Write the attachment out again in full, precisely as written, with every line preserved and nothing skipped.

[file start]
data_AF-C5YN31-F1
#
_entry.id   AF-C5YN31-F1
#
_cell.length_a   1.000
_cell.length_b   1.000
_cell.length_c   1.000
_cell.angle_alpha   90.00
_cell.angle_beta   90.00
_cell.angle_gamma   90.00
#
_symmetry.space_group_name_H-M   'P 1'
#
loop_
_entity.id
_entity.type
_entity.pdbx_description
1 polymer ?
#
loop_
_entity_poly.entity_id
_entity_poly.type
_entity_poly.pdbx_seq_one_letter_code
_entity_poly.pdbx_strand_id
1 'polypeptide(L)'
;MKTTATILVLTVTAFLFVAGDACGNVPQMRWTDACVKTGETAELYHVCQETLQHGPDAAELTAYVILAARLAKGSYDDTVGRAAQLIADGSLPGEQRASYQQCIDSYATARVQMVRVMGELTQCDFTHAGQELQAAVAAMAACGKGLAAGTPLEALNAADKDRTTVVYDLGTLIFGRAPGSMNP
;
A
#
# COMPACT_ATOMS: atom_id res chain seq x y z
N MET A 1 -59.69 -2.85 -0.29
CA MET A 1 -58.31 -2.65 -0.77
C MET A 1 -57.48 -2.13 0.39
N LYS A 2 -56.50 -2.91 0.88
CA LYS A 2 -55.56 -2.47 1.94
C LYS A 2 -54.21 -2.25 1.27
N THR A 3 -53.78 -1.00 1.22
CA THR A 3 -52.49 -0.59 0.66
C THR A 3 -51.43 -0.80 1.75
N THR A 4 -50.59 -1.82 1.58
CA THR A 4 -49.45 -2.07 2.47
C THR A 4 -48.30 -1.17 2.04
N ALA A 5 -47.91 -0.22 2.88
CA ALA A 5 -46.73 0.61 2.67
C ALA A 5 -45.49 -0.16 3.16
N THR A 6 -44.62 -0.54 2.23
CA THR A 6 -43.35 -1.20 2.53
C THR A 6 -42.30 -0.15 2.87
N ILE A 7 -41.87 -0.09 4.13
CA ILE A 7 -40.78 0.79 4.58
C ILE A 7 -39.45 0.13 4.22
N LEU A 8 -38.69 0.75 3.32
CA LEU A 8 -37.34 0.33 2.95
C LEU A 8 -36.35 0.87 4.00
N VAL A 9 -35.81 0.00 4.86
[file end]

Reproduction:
data_AF-C5YN31-F1
#
_entry.id   AF-C5YN31-F1
#
_cell.length_a   1.000
_cell.length_b   1.000
_cell.length_c   1.000
_cell.angle_alpha   90.00
_cell.angle_beta   90.00
_cell.angle_gamma   90.00
#
_symmetry.space_group_name_H-M   'P 1'
#
loop_
_entity.id
_entity.type
_entity.pdbx_description
1 polymer ?
#
loop_
_entity_poly.entity_id
_entity_poly.type
_entity_poly.pdbx_seq_one_letter_code
_entity_poly.pdbx_strand_id
1 'polypeptide(L)'
;MKTTATILVLTVTAFLFVAGDACGNVPQMRWTDACVKTGETAELYHVCQETLQHGPDAAELTAYVILAARLAKGSYDDTVGRAAQLIADGSLPGEQRASYQQCIDSYATARVQMVRVMGELTQCDFTHAGQELQAAVAAMAACGKGLAAGTPLEALNAADKDRTTVVYDLGTLIFGRAPGSMNP
;
A
#
# COMPACT_ATOMS: atom_id res chain seq x y z
N MET A 1 -59.69 -2.85 -0.29
CA MET A 1 -58.31 -2.65 -0.77
C MET A 1 -57.48 -2.13 0.39
N LYS A 2 -56.50 -2.91 0.88
CA LYS A 2 -55.56 -2.47 1.94
C LYS A 2 -54.21 -2.25 1.27
N THR A 3 -53.78 -1.00 1.22
CA THR A 3 -52.49 -0.59 0.66
C THR A 3 -51.43 -0.80 1.75
N THR A 4 -50.59 -1.82 1.58
CA THR A 4 -49.45 -2.07 2.47
C THR A 4 -48.30 -1.17 2.04
N ALA A 5 -47.91 -0.22 2.88
CA ALA A 5 -46.73 0.61 2.67
C ALA A 5 -45.49 -0.16 3.16
N THR A 6 -44.62 -0.54 2.23
CA THR A 6 -43.35 -1.20 2.53
C THR A 6 -42.30 -0.15 2.87
N ILE A 7 -41.87 -0.09 4.13
CA ILE A 7 -40.78 0.79 4.58
C ILE A 7 -39.45 0.13 4.22
N LEU A 8 -38.69 0.75 3.32
CA LEU A 8 -37.34 0.33 2.95
C LEU A 8 -36.35 0.87 4.00
N VAL A 9 -35.81 0.00 4.86